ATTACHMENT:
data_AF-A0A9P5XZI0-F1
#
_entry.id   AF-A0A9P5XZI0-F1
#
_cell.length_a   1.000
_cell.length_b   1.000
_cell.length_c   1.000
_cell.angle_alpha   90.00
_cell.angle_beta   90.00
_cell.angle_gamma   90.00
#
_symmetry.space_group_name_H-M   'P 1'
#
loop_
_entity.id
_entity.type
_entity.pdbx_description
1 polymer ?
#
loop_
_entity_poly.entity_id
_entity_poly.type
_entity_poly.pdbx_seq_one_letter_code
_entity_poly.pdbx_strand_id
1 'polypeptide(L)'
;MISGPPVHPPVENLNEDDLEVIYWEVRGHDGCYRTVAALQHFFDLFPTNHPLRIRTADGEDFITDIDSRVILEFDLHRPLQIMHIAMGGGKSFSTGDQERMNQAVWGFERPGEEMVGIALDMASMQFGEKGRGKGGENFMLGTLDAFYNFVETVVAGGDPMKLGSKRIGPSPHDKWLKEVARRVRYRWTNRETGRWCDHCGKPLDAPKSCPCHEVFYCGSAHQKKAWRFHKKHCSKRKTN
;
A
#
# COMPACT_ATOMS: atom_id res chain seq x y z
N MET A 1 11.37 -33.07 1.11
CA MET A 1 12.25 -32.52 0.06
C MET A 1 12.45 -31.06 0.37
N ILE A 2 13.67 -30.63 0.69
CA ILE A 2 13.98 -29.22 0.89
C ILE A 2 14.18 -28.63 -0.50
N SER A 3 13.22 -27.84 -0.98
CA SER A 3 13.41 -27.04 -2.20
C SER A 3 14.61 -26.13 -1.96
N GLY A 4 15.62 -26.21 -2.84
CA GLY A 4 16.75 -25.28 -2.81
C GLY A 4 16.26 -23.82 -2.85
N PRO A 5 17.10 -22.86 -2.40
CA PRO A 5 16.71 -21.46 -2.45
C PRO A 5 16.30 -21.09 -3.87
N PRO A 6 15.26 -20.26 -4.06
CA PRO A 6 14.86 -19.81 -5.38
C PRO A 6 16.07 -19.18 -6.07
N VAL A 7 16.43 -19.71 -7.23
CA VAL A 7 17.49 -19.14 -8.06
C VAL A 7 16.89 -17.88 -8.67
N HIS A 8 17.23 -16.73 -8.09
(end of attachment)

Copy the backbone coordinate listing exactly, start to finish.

data_AF-A0A9P5XZI0-F1
#
_entry.id   AF-A0A9P5XZI0-F1
#
_cell.length_a   1.000
_cell.length_b   1.000
_cell.length_c   1.000
_cell.angle_alpha   90.00
_cell.angle_beta   90.00
_cell.angle_gamma   90.00
#
_symmetry.space_group_name_H-M   'P 1'
#
loop_
_entity.id
_entity.type
_entity.pdbx_description
1 polymer ?
#
loop_
_entity_poly.entity_id
_entity_poly.type
_entity_poly.pdbx_seq_one_letter_code
_entity_poly.pdbx_strand_id
1 'polypeptide(L)'
;MISGPPVHPPVENLNEDDLEVIYWEVRGHDGCYRTVAALQHFFDLFPTNHPLRIRTADGEDFITDIDSRVILEFDLHRPLQIMHIAMGGGKSFSTGDQERMNQAVWGFERPGEEMVGIALDMASMQFGEKGRGKGGENFMLGTLDAFYNFVETVVAGGDPMKLGSKRIGPSPHDKWLKEVARRVRYRWTNRETGRWCDHCGKPLDAPKSCPCHEVFYCGSAHQKKAWRFHKKHCSKRKTN
;
A
#
# COMPACT_ATOMS: atom_id res chain seq x y z
N MET A 1 11.37 -33.07 1.11
CA MET A 1 12.25 -32.52 0.06
C MET A 1 12.45 -31.06 0.37
N ILE A 2 13.67 -30.63 0.69
CA ILE A 2 13.98 -29.22 0.89
C ILE A 2 14.18 -28.63 -0.50
N SER A 3 13.22 -27.84 -0.98
CA SER A 3 13.41 -27.04 -2.20
C SER A 3 14.61 -26.13 -1.96
N GLY A 4 15.62 -26.21 -2.84
CA GLY A 4 16.75 -25.28 -2.81
C GLY A 4 16.26 -23.82 -2.85
N PRO A 5 17.10 -22.86 -2.40
CA PRO A 5 16.71 -21.46 -2.45
C PRO A 5 16.30 -21.09 -3.87
N PRO A 6 15.26 -20.26 -4.06
CA PRO A 6 14.86 -19.81 -5.38
C PRO A 6 16.07 -19.18 -6.07
N VAL A 7 16.43 -19.71 -7.23
CA VAL A 7 17.49 -19.14 -8.06
C VAL A 7 16.89 -17.88 -8.67
N HIS A 8 17.23 -16.73 -8.09